Management of high groundwater levels, waterlogging of land and increased surfacewater flows in the flat landforms of the Wheatbelt is required to maintain the land as productive farmland or areas of environmental or social value. With 10% of the wheatbelt classified as 'salt effected' (see managing salinity), hard engineering solutions have been used in the past with a variety of results.
Deep drainage is seen by many land managers as an effective tool to reduce the groundwater levels, eliminate waterlogging and move excess water away from productive land. To affect this, many hundreds of kilometres of drains have been constructed in regional areas of Western Australia each year.
However, undertaking formal engineering designs to manage surfacewater and groundwater flows and minimise the impact on the downstream environment is essential. What needs to be considered is:
- The change in agricultural production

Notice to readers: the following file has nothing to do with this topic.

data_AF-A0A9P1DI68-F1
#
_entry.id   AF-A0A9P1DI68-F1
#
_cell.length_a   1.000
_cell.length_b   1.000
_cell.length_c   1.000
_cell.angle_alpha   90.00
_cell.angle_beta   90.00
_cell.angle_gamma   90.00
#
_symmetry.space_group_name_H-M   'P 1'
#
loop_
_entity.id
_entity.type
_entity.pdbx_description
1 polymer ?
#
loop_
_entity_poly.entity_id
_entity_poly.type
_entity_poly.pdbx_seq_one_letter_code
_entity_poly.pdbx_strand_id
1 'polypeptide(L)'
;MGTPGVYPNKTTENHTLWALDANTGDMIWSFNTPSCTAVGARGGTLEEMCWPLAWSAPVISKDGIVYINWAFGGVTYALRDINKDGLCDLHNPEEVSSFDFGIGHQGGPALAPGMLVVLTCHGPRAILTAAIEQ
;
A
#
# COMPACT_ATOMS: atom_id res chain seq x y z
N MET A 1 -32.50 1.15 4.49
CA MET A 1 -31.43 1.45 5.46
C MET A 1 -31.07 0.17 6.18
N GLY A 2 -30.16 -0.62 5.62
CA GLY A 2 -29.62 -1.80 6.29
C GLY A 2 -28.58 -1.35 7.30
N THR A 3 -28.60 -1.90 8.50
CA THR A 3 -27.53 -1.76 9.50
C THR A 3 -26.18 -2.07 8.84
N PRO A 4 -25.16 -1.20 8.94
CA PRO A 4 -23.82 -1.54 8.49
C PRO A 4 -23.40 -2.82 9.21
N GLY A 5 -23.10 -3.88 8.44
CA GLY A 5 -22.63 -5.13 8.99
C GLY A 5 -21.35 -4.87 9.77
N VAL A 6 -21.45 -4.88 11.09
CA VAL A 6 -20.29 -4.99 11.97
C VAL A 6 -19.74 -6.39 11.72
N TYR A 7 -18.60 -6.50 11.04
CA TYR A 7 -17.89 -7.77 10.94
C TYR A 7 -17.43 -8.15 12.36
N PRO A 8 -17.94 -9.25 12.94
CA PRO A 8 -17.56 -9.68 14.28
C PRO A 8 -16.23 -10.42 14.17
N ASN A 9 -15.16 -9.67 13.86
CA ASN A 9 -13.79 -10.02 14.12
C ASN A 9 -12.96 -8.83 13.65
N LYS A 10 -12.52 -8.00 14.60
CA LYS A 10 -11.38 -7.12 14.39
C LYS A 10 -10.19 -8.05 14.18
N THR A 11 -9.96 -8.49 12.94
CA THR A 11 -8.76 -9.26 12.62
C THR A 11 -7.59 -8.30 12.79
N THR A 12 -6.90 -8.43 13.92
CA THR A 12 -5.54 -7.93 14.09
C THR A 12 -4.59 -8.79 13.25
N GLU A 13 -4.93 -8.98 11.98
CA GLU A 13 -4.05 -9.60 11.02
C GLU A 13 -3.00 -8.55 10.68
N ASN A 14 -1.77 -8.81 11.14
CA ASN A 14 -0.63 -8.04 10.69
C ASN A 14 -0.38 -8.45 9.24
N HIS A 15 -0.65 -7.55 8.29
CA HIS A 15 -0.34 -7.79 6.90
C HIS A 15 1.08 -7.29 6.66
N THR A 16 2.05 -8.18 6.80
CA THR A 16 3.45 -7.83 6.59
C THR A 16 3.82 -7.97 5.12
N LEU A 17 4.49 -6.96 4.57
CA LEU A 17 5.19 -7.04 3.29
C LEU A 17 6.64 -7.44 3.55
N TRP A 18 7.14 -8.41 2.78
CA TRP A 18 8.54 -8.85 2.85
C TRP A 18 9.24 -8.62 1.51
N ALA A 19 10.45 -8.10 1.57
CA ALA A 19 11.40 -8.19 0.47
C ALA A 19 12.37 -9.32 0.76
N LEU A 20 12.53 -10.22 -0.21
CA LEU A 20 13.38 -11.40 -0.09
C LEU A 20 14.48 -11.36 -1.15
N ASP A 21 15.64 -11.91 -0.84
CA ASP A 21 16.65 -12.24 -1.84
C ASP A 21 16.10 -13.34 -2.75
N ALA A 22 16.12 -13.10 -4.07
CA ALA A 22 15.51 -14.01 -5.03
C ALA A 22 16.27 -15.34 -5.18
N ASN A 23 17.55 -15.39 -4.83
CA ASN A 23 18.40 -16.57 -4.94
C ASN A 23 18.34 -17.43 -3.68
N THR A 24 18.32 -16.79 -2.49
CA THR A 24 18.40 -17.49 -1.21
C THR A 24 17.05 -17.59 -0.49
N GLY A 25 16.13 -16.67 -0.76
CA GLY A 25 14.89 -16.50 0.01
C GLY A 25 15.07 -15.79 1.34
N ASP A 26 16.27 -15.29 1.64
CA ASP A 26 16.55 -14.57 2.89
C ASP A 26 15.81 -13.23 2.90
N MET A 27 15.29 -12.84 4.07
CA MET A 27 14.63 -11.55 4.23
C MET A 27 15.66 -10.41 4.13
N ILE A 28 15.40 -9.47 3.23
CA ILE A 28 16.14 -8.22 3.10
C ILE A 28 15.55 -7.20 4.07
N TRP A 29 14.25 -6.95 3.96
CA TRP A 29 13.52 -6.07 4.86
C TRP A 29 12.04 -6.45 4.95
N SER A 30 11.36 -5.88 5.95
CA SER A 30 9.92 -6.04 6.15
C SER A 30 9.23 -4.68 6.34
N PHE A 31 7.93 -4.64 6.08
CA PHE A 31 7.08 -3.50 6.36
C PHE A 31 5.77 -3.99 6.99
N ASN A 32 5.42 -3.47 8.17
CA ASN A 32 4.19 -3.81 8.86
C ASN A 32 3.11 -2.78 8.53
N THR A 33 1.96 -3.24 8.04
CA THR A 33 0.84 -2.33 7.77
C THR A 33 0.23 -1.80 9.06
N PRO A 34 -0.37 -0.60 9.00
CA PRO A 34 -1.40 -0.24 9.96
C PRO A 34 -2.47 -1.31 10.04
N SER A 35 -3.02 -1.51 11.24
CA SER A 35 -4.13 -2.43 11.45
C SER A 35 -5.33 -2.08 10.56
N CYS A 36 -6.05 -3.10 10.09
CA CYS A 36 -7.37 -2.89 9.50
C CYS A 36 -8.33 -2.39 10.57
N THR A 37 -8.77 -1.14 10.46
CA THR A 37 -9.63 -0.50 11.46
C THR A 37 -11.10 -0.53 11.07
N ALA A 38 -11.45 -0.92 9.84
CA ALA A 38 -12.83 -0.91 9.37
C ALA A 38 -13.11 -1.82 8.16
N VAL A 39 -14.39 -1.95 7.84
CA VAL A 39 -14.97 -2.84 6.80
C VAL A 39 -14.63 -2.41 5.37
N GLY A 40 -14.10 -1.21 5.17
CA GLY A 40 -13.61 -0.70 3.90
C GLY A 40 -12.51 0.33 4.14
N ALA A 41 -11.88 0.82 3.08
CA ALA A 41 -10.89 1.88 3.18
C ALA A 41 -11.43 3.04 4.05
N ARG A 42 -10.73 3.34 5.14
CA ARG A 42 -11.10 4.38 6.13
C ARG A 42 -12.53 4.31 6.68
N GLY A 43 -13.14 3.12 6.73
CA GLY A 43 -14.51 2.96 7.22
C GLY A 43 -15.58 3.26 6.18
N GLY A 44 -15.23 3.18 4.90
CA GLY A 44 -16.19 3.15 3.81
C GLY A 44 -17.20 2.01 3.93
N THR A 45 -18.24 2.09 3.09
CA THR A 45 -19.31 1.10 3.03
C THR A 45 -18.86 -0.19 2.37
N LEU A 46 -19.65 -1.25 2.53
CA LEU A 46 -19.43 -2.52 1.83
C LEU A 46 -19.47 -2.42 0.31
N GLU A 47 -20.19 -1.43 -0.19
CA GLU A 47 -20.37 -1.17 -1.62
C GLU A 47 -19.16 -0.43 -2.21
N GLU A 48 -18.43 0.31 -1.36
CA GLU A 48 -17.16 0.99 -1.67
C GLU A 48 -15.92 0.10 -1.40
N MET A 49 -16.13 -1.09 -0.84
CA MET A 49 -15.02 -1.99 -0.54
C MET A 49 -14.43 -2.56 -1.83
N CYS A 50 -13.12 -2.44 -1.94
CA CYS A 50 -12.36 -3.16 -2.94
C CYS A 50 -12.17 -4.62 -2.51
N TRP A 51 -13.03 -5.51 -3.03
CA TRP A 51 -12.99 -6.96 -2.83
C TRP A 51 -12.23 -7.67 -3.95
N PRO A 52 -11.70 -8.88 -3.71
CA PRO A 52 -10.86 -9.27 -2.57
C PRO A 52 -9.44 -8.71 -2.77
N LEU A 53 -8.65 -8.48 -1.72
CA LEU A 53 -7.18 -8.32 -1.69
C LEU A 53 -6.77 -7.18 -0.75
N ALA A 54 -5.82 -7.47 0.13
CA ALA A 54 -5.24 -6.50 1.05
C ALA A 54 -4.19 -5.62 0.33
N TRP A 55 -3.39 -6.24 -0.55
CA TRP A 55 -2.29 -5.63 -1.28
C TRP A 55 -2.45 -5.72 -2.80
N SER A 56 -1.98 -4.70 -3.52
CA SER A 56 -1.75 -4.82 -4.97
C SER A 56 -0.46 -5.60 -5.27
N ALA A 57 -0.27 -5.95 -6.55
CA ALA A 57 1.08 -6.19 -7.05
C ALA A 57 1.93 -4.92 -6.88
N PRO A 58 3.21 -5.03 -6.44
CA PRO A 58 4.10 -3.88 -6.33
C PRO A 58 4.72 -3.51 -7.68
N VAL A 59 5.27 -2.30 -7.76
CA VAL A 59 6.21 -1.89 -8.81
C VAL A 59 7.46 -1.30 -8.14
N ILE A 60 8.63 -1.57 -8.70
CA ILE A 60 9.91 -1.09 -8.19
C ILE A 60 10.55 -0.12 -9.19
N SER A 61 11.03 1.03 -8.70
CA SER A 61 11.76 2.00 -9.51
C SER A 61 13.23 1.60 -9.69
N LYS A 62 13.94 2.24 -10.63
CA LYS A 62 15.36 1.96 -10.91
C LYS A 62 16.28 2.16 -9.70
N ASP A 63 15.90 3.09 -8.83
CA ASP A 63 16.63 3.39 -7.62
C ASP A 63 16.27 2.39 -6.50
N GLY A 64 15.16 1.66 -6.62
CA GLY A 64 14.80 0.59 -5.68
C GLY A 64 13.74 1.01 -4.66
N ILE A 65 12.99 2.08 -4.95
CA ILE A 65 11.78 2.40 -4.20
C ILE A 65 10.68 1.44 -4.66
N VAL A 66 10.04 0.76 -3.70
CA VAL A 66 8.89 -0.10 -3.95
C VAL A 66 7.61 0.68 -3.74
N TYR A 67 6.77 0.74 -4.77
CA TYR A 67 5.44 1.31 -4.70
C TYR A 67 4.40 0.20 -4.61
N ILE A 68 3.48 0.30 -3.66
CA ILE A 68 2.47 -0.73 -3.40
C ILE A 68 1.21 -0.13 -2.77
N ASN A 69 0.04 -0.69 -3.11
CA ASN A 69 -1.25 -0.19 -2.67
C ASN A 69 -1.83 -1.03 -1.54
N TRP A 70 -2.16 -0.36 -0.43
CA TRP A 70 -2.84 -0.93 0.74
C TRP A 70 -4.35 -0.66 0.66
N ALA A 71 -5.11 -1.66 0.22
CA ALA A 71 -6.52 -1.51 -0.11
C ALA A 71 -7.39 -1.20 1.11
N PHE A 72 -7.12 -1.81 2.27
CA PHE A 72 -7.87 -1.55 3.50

- How the design will deal with flooding (keeping surfacewater and groundwater separate)
- The impact on the downstream environment, with increased flows and potential acidification and contaminants.
- Impact on infrastructure such as towns, roads and rail.
To assess the suitability of various engineering options, the department undertook the Engineering Evaluation Initiative between 2001 and 2009. Much of this work is currently published with links below. The work lead to the development of the Policy framework for inland drainage, 2012 which was developed in collaboration between the Departments of Water, Agriculture and Food as well as Environment and Conservation (now Parks and Wildlife) with direction from the Wheatbelt Drainage Council.